The influence of Alan McGee’s Creation Records on the course of mid-‘90s British music can’t be ignored. The label actually made its name in the burgeoning indie scene of the previous decade, with a roster of bands that included My Bloody Valentine and the Jesus and Mary Chain. As Primal Scream’s Bobby Gillespie puts it, McGee specialised in the signing of “outsiders, chancers, lunatics…” whose behaviour made them, and their label’s boss, notorious.
During the label’s ‘90s heyday, Oasis’ public feud with mockney rivals Blur made headlines in Britain even as their album What’s the Story (Morning Glory)? came to represent the mod-referencing, self-consciously retro spirit of its times. McGee, meanwhile, was courted by the Labour party before they came to power in 1997, in a bid to keep the younger elements of the electorate on side by playing up to a “Cool Britannia” ethos. Just two years later, however, as McGee’s dissatisfaction with the music business grew, Creation closed. Upside Down: The Creation Records Story tells the label’s riotous tale. It’s now available on DVD in the UK, with worldwide release dates yet to be confirmed.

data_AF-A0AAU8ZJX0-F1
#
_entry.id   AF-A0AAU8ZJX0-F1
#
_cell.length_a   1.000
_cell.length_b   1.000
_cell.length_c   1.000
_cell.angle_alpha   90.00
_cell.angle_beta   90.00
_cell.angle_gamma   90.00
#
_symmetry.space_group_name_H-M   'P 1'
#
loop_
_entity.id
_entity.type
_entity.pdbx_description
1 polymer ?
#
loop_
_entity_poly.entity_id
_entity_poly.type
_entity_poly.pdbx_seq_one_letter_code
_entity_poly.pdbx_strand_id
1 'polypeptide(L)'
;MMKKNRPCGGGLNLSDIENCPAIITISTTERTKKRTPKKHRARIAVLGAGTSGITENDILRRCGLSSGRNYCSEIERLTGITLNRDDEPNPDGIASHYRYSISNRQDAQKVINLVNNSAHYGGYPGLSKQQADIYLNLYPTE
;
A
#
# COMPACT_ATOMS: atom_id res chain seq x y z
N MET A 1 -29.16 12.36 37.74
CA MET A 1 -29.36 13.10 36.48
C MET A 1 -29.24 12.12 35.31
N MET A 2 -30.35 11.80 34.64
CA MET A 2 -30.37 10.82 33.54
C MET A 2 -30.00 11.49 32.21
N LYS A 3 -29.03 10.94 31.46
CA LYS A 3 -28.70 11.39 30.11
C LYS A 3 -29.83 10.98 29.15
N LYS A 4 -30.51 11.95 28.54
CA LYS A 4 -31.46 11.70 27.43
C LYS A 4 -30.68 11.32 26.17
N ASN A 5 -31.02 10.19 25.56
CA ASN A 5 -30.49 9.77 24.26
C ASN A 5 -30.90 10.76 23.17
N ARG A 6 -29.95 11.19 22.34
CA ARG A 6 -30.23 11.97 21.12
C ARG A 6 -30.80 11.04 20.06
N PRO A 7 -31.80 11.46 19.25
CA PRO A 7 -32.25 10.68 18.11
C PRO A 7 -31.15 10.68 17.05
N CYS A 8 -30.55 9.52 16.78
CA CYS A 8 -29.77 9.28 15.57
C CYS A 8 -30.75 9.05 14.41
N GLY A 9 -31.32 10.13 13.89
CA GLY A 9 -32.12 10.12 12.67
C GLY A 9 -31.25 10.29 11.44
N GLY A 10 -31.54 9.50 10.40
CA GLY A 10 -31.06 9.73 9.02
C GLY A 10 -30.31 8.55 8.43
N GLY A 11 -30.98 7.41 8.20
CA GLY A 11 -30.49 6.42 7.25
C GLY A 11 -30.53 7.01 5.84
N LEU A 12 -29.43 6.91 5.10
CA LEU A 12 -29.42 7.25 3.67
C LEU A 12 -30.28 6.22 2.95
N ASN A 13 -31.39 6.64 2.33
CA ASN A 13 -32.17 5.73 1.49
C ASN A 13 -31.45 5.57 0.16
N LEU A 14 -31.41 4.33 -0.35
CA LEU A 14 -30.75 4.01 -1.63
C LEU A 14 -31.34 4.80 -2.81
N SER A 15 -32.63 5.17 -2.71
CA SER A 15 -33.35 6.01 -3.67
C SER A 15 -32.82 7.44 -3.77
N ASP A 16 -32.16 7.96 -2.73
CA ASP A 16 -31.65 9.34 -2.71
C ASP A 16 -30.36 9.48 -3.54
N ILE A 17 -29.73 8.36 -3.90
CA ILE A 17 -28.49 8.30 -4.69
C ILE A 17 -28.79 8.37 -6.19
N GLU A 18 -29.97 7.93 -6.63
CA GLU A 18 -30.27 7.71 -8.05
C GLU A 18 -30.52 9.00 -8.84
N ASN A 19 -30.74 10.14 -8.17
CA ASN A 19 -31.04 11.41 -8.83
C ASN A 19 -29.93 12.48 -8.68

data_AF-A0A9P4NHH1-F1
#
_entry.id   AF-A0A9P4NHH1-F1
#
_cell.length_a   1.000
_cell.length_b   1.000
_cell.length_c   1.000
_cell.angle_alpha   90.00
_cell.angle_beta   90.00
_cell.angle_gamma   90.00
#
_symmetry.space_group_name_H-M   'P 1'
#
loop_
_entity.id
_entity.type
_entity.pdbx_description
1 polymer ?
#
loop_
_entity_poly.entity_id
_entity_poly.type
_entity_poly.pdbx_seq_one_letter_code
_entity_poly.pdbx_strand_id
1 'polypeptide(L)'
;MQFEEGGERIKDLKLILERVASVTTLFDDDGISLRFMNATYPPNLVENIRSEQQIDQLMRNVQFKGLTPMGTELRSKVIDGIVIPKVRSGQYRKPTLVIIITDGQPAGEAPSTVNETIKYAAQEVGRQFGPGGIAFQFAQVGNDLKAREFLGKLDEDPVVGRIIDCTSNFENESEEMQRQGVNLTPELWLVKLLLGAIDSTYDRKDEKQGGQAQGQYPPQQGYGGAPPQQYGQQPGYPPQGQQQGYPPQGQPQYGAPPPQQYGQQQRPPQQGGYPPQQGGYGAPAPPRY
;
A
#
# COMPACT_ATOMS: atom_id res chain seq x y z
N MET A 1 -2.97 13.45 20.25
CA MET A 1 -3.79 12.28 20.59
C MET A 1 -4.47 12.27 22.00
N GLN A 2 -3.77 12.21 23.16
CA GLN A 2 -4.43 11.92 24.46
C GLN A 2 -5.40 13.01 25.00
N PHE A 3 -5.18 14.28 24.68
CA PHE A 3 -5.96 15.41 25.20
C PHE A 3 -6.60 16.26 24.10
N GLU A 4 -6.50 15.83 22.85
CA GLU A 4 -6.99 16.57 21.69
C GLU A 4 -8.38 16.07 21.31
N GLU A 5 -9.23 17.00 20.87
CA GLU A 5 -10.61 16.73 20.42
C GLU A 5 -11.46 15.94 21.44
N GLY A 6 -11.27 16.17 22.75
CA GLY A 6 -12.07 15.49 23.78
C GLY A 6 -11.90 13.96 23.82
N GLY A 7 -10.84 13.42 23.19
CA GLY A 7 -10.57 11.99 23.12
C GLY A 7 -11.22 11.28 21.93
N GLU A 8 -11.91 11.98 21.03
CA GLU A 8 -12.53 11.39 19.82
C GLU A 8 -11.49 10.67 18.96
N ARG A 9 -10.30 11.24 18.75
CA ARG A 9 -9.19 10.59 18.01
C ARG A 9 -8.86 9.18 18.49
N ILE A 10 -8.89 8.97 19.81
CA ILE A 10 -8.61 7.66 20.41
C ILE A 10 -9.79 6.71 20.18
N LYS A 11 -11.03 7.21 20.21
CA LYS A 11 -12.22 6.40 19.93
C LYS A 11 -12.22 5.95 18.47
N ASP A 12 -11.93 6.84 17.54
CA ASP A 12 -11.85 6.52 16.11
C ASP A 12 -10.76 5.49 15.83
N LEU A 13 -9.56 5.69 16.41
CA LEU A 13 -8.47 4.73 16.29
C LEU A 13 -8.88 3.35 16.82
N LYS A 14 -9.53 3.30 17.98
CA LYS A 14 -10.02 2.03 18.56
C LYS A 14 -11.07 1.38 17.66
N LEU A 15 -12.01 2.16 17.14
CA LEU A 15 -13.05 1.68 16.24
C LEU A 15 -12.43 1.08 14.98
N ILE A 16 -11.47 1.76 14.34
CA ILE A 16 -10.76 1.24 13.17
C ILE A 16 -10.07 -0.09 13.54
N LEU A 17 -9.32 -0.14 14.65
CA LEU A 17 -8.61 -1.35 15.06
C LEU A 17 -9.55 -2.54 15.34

We all know how critical it is to keep independent voices alive and strong on the Internet. Please consider a donation to support our work as independent cultural critics and historians. Your donation will help PopMatters stay viable through these changing and challenging times where costs have risen and advertising has dropped precipitously. We need your help to keep PopMatters strong and growing. Thank you.
// Moving Pixels
"Door Kickers is not a multiplayer game, but for a while there, I couldn’t tell the difference.READ the article